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ASA Collision Division Manager Denise Caspersen addresses points of contention; majority in room express skepticism toward program.
Roughly 100 Northeastern Ohio collision repairers showed up Sept. 18 at the Crowne Plaza Hotel in Independence for the first of two meetings the Automotive Service Association (ASA) held in the state to discuss the latest developments in State Farm’s rollout of the PartsTrader parts procurement program. Another meeting was held in the Cincinnati area on Sept. 19.
Comments from the Crowd
For the most part, the crowd displayed the same skepticism and pessimism about the parts bidding platform that other repairers have expressed across the U.S., although there was at least one shop owner who seemed undecided so far as to her feelings on PartsTrader.
“I have been taking everything I have heard from repairers [on PartsTrader] with a grain of salt, because State Farm has been very good to us and I trust George Avery,” she said. "That’s why I came to this meeting: to find out what this is all about.”
Another attendee who owns multiple shops expressed his dislike for the program but wasn’t ready to jump off Select Service. “It stinks,” he said. “But State Farm represents 24 percent of our business, so we have to figure out how to make this work.”
He also speculated that maybe State Farm is doing this to further scale back its number of Select Service shops, and “if 5,000 more shops drop off, they get what they want.”
Most of the repairers in the room, however, expressed some of the more popular sentiments heard ever since PartsTrader was first introduced to the industry.
“Most of us are here today because this might be the one issue that pushes everybody over the edge where we say, ‘Wait a minute – no, we’re taking back our business and running it the way we want to,’” said one repairer.
Terry Stanley, parts manager of Ganley Lincoln in Middleburg Heights, said, “I think the biggest issue here is control. You have to decide if you’re going to let State Farm run your business or if you are going to run your business. I think the answer is that if you let State Farm do it, then you have a problem because no one knows your business better than you do. If you’re on this program today and there are certain rules, tomorrow if State Farm doesn’t like those rules, they can change them.”
Points of Contention
Denise Caspersen recapped all of the information that ASA has been gathering on PartsTrader in its effort to determine whether it will support the application. She clarified a few things and addressed some points of contention:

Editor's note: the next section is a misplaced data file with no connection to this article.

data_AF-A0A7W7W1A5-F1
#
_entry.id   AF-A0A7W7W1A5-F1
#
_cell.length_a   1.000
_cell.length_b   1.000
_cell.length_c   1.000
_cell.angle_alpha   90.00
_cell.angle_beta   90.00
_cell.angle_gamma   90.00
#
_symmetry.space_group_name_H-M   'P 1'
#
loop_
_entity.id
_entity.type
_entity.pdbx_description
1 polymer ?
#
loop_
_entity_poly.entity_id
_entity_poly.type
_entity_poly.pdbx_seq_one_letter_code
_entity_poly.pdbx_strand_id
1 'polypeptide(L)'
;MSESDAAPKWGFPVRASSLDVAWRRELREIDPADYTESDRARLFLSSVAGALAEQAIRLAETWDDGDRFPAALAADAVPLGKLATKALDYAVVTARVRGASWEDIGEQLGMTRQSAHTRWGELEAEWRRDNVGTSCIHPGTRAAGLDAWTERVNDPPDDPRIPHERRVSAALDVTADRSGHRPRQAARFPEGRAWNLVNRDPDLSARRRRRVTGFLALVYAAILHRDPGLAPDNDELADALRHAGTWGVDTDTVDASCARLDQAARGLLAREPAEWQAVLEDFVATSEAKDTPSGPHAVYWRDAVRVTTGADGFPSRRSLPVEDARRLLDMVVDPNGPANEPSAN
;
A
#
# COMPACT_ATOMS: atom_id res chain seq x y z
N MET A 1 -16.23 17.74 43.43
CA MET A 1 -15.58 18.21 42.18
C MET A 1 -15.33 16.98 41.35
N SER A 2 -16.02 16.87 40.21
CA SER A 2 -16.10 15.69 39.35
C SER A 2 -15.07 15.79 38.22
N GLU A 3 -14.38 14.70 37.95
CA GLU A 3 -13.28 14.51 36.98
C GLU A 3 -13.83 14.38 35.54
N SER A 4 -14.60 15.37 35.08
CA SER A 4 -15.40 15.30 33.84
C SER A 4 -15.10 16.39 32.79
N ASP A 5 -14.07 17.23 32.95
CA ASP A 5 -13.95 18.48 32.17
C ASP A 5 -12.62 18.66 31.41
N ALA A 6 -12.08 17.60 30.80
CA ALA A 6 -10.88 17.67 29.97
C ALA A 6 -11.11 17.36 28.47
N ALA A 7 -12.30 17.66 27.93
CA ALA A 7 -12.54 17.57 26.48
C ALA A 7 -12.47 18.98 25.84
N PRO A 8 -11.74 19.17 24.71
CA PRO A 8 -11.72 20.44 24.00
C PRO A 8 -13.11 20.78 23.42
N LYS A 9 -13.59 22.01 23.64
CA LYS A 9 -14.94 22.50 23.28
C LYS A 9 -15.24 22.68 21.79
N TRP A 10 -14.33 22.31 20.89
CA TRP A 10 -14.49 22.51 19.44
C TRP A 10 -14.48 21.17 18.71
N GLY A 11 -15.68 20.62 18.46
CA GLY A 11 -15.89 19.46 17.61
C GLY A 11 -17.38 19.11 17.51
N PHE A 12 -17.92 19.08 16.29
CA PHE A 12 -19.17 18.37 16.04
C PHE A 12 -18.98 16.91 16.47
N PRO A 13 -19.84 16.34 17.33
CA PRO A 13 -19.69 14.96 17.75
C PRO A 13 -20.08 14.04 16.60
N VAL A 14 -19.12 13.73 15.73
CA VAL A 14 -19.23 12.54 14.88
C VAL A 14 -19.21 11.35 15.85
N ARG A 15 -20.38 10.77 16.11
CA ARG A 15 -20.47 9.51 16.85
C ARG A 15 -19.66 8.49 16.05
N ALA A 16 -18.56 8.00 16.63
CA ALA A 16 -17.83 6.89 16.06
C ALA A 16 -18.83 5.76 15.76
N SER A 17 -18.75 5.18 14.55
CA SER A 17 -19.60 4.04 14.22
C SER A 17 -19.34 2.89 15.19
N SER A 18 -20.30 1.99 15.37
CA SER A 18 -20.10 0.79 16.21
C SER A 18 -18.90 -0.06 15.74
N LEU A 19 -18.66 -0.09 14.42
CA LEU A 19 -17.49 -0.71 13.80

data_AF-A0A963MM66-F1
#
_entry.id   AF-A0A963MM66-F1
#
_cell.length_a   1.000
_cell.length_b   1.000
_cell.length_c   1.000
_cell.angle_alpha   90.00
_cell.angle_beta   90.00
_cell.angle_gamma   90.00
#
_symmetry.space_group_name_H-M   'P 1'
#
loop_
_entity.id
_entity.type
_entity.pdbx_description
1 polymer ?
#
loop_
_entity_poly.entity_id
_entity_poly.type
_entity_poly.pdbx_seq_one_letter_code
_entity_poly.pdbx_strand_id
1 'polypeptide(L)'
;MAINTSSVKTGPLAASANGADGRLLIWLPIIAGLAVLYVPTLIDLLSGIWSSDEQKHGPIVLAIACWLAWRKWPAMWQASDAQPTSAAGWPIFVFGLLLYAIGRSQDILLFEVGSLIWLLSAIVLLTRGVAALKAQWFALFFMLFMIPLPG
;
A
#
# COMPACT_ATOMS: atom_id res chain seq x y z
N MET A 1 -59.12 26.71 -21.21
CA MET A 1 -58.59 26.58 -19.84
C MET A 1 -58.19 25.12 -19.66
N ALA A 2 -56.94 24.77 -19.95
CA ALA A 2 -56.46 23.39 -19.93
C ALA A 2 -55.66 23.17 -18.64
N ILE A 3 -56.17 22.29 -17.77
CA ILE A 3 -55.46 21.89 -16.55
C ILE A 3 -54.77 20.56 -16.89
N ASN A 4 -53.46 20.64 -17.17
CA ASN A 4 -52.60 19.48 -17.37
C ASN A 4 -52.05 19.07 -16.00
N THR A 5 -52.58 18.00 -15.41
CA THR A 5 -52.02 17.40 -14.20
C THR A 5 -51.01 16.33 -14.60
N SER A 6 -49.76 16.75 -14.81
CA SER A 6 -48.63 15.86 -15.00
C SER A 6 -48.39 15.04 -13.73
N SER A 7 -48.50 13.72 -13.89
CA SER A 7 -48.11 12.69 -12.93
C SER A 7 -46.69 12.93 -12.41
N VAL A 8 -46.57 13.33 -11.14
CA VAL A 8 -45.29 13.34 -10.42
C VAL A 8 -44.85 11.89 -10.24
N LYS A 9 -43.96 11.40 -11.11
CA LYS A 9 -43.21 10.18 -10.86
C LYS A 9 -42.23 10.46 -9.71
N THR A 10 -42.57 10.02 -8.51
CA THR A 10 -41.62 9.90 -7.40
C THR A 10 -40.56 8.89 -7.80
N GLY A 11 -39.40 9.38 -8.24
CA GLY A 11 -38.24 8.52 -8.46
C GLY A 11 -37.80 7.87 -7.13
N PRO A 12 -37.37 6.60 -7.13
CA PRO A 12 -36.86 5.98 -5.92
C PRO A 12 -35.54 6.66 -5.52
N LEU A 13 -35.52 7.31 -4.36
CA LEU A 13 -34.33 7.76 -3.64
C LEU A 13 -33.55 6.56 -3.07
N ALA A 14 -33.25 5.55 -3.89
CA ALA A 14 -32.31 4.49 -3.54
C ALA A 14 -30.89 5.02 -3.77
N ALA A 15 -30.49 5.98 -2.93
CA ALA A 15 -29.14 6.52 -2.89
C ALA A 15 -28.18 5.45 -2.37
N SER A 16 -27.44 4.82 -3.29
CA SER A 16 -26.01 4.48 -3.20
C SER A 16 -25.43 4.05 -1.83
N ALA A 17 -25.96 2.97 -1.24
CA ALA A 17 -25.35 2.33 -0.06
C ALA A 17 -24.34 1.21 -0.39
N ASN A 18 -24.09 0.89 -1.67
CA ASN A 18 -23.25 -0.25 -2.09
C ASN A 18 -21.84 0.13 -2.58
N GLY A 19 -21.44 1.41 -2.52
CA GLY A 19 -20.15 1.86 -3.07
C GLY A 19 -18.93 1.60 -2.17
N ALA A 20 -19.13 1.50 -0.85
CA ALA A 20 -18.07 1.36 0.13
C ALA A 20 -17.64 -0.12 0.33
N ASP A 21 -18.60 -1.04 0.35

• When a shop sets up its “preferences,” it can select its default OEM supplier from which it can direct order if it so chooses instead of getting quotes from other suppliers. The shop can then choose (or not choose) its preferred OEM suppliers, which would be its secondary suppliers. If the shop wanted to see what was going on competitively in the marketplace, it could send out a quote that would go to all the suppliers in the market (used, aftermarket, OEM).
“I get asked, ‘Am I going to get quotes from suppliers that are four states away?’” Caspersen said. “The answer is not unless the supplier stated that was their market area. When the supplier fills out its preferences, they state their market size. If they say their delivery is 50 miles from where they’re at or 200 miles, that’s what it is. But this program won’t make you buy from a supplier that is four states away.”
• Caspersen addressed repairers’ concern that their failure to get quotes from multiple suppliers will negatively impact their scorecards. She said the consequence for not using the quote process will be no different than what it would be the way repairers are ordering parts today.
“The scorecard is based on a bunch of things,” she said. “Does doing a direct order affect your scorecard? If it affects your scorecard today, it will affect your scorecard tomorrow. [PartsTrader] is just an application to facilitate the purchase – not to change how your scorecard affects you.”
Then there was a brief exchange on the scorecard between Caspersen and a repairer:
Repairer: “The scorecard is the underlying thing here. This is what is putting all of us competing against each other. So if we’re just using a specific vendor, and that price point is not what the other competitive shops are doing by shopping it, that affects the scorecard, which in turn will affect our position on their rating or who the shop of choice is in that area.”